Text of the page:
“His commitment to and support for all organisations and people of the community is outstanding and we know he would love to have been part of what was a wonderful day for Ballinakill.”

It was with this mindset she said, that the Parish Council initiated the formation of Ballinakill Community Development Association clg formally, Ballinakill Community Development Committee.

Since forming in 2018 the Association has received tremendous support and funding from stakeholders.

This substantial funding has facilitated the completion of two major projects – renovating the outdoor swimming pool and developing the playground in the new Amenity Park.

This site was donated to the parish by the Salesian Fathers of Heywood and is now leased to the Development Association by the diocese of Kildare & Leighlin.

Liz said: “It is, however, important to note that this development could not have taken place without the co-operation of all of the community- the support from local businesses and local fundraisers has been phenomenal.

“Ballinakill has also shown itself to be a community which adapts to the needs of an ever-changing society.

“This is evident in the demise of some groups and clubs and the formation of others, as society became more mindful of the importance of diversity in responding to the needs of people to enhance the community.

“While much of what I have referenced previously relates to new initiatives, it is also important to acknowledge the groups which have ‘stood the test of time’ such as the Parish Council, the GAA and Tidy Towns.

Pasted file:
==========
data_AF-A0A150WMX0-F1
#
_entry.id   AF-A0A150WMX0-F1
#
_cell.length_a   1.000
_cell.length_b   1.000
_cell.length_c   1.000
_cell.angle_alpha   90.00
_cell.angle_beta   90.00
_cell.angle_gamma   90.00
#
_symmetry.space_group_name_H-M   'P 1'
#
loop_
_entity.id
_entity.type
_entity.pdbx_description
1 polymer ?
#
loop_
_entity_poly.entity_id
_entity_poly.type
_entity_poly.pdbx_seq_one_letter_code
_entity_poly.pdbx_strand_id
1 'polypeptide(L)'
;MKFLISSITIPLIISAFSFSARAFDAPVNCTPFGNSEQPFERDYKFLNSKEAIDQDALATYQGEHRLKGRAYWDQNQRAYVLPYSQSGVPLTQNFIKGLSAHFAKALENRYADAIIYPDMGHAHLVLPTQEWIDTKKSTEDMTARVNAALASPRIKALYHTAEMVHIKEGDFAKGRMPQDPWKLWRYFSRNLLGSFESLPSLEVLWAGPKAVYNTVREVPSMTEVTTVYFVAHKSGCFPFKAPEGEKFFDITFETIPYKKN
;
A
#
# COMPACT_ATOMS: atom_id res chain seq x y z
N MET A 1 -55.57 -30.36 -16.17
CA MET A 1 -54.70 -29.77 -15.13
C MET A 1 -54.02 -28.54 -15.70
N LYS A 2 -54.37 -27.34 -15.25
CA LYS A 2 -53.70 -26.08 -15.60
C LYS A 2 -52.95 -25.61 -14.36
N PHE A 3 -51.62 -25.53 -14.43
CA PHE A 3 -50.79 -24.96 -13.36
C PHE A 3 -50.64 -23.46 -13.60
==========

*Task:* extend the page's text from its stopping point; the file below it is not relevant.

“Community participation and innovation is at the forefront of everything we do in Ballinakill and it is these qualities, which will ensure that the needs of the community will be met in the years ahead.

“We will have challenges but perhaps none will be as great as the challenges we faced during Covid. Our community came to a standstill, our schooling and religious services moved online and we were denied our traditions of grieving and celebrating together.

“We showed our resilience in the face of that adversity by establishing a Covid community response group with the Development Association, the GAA and Laois Volunteer Centre working together. We are so proud that Heywood Gardens and our woodland walks provided a safe space for many, far beyond Ballinakill, to exercise and socialise in a safe, serene environment.

“We recognise that we have ‘a lot done, more still to do’; there is vacancy and dereliction in the town, and we recognise this as a problem.

“The government’s ‘Town Centres First’ and ‘Croí Conaithe’ policies will be very beneficial to Ballinakill and we are committed to working with the Local Authority to ensure they are implemented here.

“As a community, Ballinakill is acutely aware of the need to be proactive in relation to climate action.

“Our children learn about its importance in all our schools through initiatives, such as the pollinator patch and water harvesting in our playschool, the highly successful Green Schools Programme at primary level and Heywood school’s community allotment.

“The air-to-water system heating the pool, solar panels heating the water for the showers and the proposed plans at the Amenity Park show our awareness of environmental issues and our desire to achieve sustainability.

“The Development Association has secured funding through the ORIS grant and Eirgrid Community Fund. This funding will be used to create a biodiversity area at the amphitheatre and install PV panels to generate the energy required to heat the pool.

“Our Tidy Towns Committee, winners of two Endeavour Awards, commissioned a local craftsman to reconstruct flower beds using the existing stone and replanted them with the original plants and pollinator friendly plants. It also engaged ecologist Dr. Fiona McGowan and Green Pine consultants to incorporate sustainable development goals into their 5 year plan.”